How to Write Your First Job Description

Author: Candice Landau

Candice Landau

Candice Landau

9 min. read

Updated October 25, 2023

Whether you’re hiring your best friend, or someone you’ve never met before, it’s important to make sure you’ve written a job description.

A good job description isn’t simply a list of to-do’s, but rather a guide, something that will benefit both you and the employee.

The best job descriptions benefit both employer and employee.

If you’ve taken the time to think it through and write it well, your employee will have a clear idea of what is expected of them, and will therefore be able to do the best work possible. And you will be able to measure their performance and hold them accountable for work completed.

If you aren’t at the hiring stage yet, take the time now to start thinking about the type of person you may want to hire in the future. Your new employee’s values will have a big impact on your company, especially if you’re small.

It’s all about first impressions

There’s another benefit to spending a good amount of time writing job descriptions: You will have a better chance of enticing the right candidates to apply.

Consider: If you require your employees to have a master’s degree, you’re probably going to cut out a whole chunk of the talent pool. If that’s a must in your line of business, that’s fine.

But, what if you’re looking for a people-person, someone who can answer the phone and troubleshoot customer problems? In that case, a master’s degree probably isn’t going to mean much. You’ll want to hire someone with the right attitude—someone with compassion. Someone who can hop on the phone and do what an introverted computer scientist can’t.

The question is: How do you get all of this across in what is likely to be a single page of text?

The 3 essential parts of a good job description

The best way to think of writing a job description is like you might a high school or college essay:

  • First, you’re going to want to do your research. What should you include in the description? What does your competition include?
  • Next you’re going to draft your outline. This is a good time to make a bullet list; include the duties you want the employee to fulfill, required qualifications if you have them, and any performance standards you’d like the employee to meet.
  • And last, you’re going to tie it all together. Make sure that your business values are reflected in your tone of voice, that you’ve shared a sense of company culture with your applicants via the style, and that you’ve recorded all the important nitty-gritty details.

Let’s break it down a little further and talk about what you’re going to want to cover:

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1. Specific details of the position

A good title: A good title is relevant to your industry and to “the times.” If you’re looking to hire a marketer, should you advertise for a digital marketing executive, a content marketer, or an internet marketing manager? Well, this truly depends on where in the world you’re located, on what is popular at the moment, and on the information you need to convey.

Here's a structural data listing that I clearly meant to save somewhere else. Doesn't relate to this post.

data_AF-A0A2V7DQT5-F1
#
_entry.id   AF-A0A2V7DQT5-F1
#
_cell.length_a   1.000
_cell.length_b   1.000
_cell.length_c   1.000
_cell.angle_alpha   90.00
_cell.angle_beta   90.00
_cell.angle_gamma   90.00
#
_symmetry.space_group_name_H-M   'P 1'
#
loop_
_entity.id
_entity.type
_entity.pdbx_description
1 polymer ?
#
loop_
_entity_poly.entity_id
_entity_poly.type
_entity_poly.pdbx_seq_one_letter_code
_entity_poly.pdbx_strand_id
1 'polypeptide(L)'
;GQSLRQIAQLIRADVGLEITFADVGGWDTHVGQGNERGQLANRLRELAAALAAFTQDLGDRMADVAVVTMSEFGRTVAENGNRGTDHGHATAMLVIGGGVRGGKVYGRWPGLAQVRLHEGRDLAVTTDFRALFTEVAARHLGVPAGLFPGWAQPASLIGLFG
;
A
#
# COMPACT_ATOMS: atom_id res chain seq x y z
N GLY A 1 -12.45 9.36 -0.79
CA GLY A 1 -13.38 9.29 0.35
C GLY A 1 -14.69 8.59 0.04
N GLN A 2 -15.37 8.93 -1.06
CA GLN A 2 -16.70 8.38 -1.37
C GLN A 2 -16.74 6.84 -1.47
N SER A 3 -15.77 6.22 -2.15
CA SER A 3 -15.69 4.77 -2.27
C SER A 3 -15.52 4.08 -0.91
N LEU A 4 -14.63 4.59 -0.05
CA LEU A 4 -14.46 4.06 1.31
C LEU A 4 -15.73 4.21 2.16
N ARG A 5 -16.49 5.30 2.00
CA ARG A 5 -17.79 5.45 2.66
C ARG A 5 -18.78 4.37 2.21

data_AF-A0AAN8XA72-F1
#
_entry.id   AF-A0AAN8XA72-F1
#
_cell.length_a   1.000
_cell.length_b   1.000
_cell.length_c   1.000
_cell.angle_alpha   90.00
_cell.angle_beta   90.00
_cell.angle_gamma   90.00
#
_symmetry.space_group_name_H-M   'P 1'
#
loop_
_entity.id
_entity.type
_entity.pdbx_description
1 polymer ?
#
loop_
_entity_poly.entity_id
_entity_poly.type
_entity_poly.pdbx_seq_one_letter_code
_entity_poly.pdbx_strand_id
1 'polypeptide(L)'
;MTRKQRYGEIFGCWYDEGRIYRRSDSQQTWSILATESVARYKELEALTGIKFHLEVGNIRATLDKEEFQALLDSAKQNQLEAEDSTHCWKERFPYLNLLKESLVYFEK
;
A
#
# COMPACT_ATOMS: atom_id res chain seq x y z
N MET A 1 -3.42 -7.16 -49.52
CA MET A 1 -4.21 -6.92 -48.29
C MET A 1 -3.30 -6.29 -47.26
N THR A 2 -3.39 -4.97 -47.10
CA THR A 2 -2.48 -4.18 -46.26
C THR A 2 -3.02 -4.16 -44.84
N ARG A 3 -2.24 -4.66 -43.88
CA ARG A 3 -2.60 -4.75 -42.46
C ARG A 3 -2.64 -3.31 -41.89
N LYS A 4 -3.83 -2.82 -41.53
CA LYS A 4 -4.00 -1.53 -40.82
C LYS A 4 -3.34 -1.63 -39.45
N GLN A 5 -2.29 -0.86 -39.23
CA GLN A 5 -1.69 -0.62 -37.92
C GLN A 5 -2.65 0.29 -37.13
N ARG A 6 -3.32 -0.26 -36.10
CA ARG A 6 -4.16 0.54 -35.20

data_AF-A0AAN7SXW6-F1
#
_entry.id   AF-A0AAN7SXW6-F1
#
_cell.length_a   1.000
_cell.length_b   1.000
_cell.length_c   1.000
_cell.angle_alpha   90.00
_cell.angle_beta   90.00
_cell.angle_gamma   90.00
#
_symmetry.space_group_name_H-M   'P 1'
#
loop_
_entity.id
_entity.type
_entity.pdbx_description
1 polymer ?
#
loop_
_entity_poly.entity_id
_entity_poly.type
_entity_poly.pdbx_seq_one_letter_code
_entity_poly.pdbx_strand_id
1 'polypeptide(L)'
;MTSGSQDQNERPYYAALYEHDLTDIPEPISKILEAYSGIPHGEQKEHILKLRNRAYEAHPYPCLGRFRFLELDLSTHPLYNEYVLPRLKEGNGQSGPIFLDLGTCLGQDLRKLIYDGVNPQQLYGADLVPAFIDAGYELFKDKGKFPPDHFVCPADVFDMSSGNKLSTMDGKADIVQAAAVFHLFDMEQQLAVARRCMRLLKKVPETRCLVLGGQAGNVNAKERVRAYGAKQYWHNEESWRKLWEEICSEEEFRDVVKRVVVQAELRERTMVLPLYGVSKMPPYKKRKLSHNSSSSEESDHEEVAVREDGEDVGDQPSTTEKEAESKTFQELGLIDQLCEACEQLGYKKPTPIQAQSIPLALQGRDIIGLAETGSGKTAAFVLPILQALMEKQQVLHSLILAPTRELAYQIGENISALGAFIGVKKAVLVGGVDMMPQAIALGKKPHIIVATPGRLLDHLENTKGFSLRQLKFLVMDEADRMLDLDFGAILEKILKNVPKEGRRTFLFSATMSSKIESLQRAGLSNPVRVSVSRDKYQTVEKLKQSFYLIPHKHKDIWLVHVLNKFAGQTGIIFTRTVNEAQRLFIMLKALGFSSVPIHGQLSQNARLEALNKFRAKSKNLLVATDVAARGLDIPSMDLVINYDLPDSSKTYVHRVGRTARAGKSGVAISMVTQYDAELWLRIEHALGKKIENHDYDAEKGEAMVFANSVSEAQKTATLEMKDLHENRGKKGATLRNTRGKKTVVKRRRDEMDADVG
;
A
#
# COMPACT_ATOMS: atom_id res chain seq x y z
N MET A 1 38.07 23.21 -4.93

Avoid titles that only have meaning internally; “Business Representative III” doesn’t mean anything to an outsider. It’s better to opt for a title like “Business Development Manager.”

It’s also a good opportunity to get your company culture across. For example, might you convey more or prompt a different audience to apply by hiring a “Happiness Manager” instead of a “Customer Service Representative”?

You may have to do a bit of research first.

A short summary of the job: The keyword here is short. You will want to give potential candidates an overview of the key responsibilities and the purpose of the position. Is this a full-time position? Is it part-time? Is it an internship? Be clear!

A brief overview of the company: In one to three sentences, say who your company is, what your goal is, and what you’ve achieved. You’ll want to strike a balance between honesty and marketing here. Yes, you want to paint a good picture so good applicants will apply; no you do not want to lie about how big your company is, how much you’ve achieved, or what you’ve done.

Skills, qualifications, or certifications required: Are there any industry, state, or other legal certifications your employee needs? For example, a bartender will need a license in order to serve drinks. List both the required and the preferred qualifications. This will help sort the wheat from the chaff.

Manager and supervisor information: Who will the new hire be reporting to? What department will they work within? This information isn’t always necessary, but can help to paint a more complete picture, ensuring there are no surprises for the new candidate, and no issues you have to work through.

Location details: This doesn’t have to be a stand-alone section in its own right, but it’s worth clarifying some of the details to avoid any potential confusion. Where is the position located? Is it remote work? Is it a nine-to-five job? Will any travel be required and if so, does the employee need to have a driver’s license or their own car?